Technology companies are increasingly finding it difficult to do business in China
As we have seen in the earlier part of the series, leading US technology players like Cisco (CSCO), Apple (AAPL), and Microsoft (MSFT) are facing tremendous pressure from Chinese authorities. They are forced to agree to rigorous security checks before their products can be bought by China’s state-run financial institutions.
According to Reuters, China’s regulatory authorities have stated, “Firms planning to sell computer equipment to Chinese banks would have to set up research and development centres in the country, get permits for workers servicing technology equipment and build ‘ports’ that enable Chinese officials to manage and monitor data processed by their hardware.”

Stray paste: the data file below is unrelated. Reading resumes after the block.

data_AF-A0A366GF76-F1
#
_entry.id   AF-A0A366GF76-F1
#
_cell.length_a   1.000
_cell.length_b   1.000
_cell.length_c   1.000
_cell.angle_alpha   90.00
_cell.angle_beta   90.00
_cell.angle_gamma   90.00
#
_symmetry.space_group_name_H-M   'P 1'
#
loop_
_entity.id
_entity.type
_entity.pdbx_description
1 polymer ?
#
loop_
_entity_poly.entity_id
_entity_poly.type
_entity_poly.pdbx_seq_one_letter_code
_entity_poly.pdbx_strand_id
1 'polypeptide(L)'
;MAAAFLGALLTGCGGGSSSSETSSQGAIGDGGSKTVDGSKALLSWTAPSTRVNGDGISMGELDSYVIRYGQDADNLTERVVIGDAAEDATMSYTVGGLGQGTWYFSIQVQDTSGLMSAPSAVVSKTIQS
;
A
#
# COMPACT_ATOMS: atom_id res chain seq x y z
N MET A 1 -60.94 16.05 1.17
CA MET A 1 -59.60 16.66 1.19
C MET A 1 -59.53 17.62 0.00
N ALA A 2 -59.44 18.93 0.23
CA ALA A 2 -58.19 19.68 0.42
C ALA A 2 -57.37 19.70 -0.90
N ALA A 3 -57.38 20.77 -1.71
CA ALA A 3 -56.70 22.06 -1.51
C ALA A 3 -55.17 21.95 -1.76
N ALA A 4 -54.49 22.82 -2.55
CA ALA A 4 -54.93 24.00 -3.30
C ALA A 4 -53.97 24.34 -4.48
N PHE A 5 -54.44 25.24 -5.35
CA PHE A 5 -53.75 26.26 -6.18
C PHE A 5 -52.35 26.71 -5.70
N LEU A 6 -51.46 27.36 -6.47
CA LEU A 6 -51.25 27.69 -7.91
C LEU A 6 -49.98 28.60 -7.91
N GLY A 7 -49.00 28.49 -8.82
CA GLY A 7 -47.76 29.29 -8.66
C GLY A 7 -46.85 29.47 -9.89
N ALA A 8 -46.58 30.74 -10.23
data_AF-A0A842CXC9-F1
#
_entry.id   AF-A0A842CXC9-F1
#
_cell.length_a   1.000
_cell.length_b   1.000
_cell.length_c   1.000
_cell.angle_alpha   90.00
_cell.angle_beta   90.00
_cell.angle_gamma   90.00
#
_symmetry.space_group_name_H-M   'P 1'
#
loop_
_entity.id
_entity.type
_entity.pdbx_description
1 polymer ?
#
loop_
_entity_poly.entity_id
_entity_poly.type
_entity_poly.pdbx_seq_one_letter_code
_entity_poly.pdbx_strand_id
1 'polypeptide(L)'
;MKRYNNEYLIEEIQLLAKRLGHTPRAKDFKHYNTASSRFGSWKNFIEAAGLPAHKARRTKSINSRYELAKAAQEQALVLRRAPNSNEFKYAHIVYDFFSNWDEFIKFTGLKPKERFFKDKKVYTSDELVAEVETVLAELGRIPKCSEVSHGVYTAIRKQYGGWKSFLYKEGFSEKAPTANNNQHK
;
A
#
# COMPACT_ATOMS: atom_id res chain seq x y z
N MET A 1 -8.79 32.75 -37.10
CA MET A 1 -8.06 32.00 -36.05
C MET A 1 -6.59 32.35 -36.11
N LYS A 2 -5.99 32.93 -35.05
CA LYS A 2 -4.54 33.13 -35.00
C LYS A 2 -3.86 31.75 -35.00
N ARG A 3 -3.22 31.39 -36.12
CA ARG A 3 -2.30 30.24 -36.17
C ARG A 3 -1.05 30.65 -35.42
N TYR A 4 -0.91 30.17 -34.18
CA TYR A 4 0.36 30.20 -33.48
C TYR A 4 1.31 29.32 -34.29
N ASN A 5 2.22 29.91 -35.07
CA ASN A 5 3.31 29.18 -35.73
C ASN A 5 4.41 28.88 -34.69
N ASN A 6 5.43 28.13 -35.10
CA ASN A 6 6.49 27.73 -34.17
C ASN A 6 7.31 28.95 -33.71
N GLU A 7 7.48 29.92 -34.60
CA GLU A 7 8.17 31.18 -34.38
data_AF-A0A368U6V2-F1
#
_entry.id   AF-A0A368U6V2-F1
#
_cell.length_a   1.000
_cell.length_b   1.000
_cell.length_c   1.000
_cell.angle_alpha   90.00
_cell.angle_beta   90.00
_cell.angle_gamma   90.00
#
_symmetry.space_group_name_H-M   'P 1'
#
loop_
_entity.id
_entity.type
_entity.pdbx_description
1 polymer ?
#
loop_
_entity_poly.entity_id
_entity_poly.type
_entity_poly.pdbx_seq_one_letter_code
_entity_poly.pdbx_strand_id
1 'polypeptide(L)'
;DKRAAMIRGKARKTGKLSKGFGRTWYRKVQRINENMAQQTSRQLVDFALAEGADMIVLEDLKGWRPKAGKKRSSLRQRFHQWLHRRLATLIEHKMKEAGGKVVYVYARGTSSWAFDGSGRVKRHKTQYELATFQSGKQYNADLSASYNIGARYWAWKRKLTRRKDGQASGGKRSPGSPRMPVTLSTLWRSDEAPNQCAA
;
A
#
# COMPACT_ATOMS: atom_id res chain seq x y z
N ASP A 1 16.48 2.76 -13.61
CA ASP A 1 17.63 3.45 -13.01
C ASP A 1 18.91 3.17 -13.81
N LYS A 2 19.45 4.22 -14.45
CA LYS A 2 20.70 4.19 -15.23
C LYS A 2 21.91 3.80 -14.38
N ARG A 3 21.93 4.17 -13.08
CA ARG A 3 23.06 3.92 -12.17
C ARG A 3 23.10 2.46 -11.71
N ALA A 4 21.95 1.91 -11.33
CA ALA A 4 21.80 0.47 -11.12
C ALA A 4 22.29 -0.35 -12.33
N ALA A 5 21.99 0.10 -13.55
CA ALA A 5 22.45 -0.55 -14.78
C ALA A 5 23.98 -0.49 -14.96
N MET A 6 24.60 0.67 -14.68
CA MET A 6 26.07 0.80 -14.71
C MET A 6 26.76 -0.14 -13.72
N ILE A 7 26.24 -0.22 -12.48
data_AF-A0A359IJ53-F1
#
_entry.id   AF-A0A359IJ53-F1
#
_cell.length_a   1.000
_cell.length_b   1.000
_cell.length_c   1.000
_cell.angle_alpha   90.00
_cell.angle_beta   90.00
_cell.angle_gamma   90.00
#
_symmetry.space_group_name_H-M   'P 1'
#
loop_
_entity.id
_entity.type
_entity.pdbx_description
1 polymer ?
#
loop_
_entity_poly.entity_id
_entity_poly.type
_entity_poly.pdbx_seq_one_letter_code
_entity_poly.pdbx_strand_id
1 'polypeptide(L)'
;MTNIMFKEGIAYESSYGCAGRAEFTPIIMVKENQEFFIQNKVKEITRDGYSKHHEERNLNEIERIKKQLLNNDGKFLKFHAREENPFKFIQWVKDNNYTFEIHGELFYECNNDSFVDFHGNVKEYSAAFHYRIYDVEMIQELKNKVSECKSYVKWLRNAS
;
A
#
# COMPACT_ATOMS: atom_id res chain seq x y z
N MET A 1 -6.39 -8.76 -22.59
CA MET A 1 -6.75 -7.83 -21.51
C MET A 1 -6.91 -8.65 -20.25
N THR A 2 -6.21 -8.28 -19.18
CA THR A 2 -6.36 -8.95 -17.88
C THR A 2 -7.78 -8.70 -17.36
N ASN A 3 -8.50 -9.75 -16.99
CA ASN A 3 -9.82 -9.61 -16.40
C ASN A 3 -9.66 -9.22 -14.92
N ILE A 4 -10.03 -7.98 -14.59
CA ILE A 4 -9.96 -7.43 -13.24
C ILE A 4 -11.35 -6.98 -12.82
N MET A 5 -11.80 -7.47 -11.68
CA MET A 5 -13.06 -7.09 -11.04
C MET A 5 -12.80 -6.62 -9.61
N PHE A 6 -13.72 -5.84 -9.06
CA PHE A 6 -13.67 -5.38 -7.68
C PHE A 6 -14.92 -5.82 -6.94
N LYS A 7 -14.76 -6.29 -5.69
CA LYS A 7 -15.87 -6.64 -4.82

Growth in China’s (FXI) economy coupled with increased penetration of third platform technologies points towards high growth in China’s server, storage, and networking equipment markets in the future. Third platform technologies refer to the social mobility, cloud, and big data/analytics, as the above chart shows.
IDC is of the opinion that, “local vendors and MNC’s will build the closer collaborative relationship as the IT localization trend.”
H3C’s research and development, manufacturing, and marketing operations are in China. For the new H3C, the change in ownership is expected to benefit the company in the long term. With the majority stake acquisition by Tsinghua Holdings, H3C now has a native parent company and not a foreign parent company (HPQ). This bodes well for HP’s future growth prospects in China, which now has a politically connected partner with Tsinghua Holdings. China continues to be a key Asian market for a majority of technology companies.